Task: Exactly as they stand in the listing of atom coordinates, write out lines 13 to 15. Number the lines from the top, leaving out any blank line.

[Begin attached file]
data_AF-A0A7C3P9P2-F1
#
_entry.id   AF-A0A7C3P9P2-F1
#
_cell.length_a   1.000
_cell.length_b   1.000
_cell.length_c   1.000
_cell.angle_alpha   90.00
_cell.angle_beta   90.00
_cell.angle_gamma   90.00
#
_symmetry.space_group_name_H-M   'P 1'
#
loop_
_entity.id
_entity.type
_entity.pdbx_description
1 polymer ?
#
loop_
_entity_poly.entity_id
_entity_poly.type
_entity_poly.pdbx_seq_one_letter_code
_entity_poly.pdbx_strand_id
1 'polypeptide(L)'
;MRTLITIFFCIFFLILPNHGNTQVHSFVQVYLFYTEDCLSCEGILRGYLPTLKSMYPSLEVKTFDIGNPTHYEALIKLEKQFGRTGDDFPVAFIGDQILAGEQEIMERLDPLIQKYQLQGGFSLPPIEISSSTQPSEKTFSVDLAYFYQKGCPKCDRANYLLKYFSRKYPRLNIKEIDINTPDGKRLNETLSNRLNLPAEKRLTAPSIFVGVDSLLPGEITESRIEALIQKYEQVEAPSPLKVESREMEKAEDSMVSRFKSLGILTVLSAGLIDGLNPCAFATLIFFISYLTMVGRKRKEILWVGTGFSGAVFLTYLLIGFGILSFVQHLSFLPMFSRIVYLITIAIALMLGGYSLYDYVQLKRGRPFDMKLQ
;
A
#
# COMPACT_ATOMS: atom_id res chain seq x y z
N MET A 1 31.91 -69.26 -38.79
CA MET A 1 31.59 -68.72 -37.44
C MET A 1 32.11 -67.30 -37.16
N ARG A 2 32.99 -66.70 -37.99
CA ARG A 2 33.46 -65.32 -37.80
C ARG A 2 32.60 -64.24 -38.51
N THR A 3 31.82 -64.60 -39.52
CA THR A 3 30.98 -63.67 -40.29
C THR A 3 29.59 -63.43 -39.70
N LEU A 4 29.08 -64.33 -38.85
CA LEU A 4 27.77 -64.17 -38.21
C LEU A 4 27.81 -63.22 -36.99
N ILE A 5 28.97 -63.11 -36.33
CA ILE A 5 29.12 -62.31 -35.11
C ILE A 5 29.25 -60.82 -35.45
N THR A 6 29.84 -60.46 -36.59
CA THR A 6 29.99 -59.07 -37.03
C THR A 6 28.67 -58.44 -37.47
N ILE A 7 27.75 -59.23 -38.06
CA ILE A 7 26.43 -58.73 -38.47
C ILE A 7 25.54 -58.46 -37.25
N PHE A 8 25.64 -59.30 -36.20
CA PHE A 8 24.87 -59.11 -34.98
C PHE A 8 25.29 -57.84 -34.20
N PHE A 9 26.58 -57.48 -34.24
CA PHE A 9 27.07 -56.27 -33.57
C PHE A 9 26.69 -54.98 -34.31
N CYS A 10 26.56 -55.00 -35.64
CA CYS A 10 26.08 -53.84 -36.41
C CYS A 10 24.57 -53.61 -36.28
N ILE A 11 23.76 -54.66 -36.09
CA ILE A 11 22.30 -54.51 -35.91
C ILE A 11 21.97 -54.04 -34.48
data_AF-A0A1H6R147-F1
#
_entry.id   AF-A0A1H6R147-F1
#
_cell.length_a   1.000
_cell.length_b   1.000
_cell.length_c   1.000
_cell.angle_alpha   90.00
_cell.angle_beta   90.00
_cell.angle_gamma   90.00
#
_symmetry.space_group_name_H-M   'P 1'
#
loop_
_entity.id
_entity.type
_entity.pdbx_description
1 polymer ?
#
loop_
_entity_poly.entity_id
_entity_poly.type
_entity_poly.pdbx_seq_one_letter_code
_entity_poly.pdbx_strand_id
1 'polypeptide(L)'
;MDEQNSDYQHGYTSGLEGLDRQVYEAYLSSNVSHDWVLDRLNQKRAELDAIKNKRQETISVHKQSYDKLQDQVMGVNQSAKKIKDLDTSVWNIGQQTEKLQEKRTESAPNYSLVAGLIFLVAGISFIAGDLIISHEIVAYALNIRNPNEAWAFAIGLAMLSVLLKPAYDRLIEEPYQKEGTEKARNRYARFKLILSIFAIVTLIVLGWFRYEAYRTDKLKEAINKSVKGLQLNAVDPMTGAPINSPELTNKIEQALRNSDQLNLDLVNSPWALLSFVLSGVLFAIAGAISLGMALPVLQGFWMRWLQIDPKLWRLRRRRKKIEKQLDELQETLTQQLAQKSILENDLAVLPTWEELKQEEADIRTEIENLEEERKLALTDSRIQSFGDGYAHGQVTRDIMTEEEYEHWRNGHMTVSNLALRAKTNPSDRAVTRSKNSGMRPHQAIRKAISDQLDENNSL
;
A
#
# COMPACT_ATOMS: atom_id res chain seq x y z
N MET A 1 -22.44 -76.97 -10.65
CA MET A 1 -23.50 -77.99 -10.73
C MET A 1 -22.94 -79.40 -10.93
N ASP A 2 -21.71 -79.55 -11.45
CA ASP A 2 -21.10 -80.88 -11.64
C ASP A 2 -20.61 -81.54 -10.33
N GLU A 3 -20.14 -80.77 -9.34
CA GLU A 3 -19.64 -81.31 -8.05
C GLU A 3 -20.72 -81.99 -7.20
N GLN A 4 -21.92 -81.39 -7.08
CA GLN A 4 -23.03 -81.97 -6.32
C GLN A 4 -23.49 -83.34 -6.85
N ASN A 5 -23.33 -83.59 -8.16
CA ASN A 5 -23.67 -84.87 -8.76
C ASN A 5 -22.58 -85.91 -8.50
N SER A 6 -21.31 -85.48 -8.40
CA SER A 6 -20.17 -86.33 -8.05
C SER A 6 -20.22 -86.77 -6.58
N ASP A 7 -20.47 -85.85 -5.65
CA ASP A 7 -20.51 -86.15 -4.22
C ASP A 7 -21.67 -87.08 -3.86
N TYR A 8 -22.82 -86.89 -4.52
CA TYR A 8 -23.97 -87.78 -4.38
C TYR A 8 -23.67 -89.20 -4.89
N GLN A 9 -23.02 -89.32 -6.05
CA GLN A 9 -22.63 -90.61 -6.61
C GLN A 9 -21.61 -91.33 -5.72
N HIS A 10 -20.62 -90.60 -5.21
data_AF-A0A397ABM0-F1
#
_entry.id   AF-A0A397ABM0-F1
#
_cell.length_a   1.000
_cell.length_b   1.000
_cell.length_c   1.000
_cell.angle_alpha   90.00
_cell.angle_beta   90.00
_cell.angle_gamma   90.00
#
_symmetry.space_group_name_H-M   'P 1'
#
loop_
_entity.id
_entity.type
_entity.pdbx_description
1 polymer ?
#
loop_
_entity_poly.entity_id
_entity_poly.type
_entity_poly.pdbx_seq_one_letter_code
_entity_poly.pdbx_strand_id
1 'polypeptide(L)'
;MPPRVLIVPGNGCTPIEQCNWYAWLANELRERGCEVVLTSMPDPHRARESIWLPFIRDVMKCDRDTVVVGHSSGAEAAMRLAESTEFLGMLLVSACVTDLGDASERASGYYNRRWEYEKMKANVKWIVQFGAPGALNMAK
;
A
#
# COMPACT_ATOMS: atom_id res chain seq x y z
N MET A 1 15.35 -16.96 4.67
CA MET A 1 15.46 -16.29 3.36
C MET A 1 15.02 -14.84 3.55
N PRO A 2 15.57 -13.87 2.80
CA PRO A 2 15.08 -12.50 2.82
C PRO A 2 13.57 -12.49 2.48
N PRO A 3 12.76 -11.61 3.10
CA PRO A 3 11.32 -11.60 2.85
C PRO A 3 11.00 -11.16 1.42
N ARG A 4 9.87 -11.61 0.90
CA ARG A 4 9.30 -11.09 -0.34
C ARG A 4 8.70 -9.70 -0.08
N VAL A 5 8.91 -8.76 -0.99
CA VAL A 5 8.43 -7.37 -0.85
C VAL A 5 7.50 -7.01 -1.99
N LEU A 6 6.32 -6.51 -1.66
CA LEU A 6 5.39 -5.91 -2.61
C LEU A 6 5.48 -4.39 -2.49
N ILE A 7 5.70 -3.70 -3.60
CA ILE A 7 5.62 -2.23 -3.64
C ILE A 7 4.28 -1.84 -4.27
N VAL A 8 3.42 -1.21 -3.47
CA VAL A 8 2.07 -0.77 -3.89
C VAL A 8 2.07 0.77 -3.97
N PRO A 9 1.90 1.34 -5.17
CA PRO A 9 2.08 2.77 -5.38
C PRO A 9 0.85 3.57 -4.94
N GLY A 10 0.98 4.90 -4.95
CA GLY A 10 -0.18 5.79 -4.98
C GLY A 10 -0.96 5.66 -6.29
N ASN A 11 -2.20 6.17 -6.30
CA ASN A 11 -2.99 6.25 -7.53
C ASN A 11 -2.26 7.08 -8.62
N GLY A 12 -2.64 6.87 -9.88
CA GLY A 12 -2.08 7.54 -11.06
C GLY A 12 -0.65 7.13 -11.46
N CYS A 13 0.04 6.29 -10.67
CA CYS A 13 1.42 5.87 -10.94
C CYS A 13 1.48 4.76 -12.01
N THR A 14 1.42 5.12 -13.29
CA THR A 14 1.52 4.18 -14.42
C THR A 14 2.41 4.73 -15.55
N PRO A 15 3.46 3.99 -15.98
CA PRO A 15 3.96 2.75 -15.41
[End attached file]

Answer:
#
loop_
_entity.id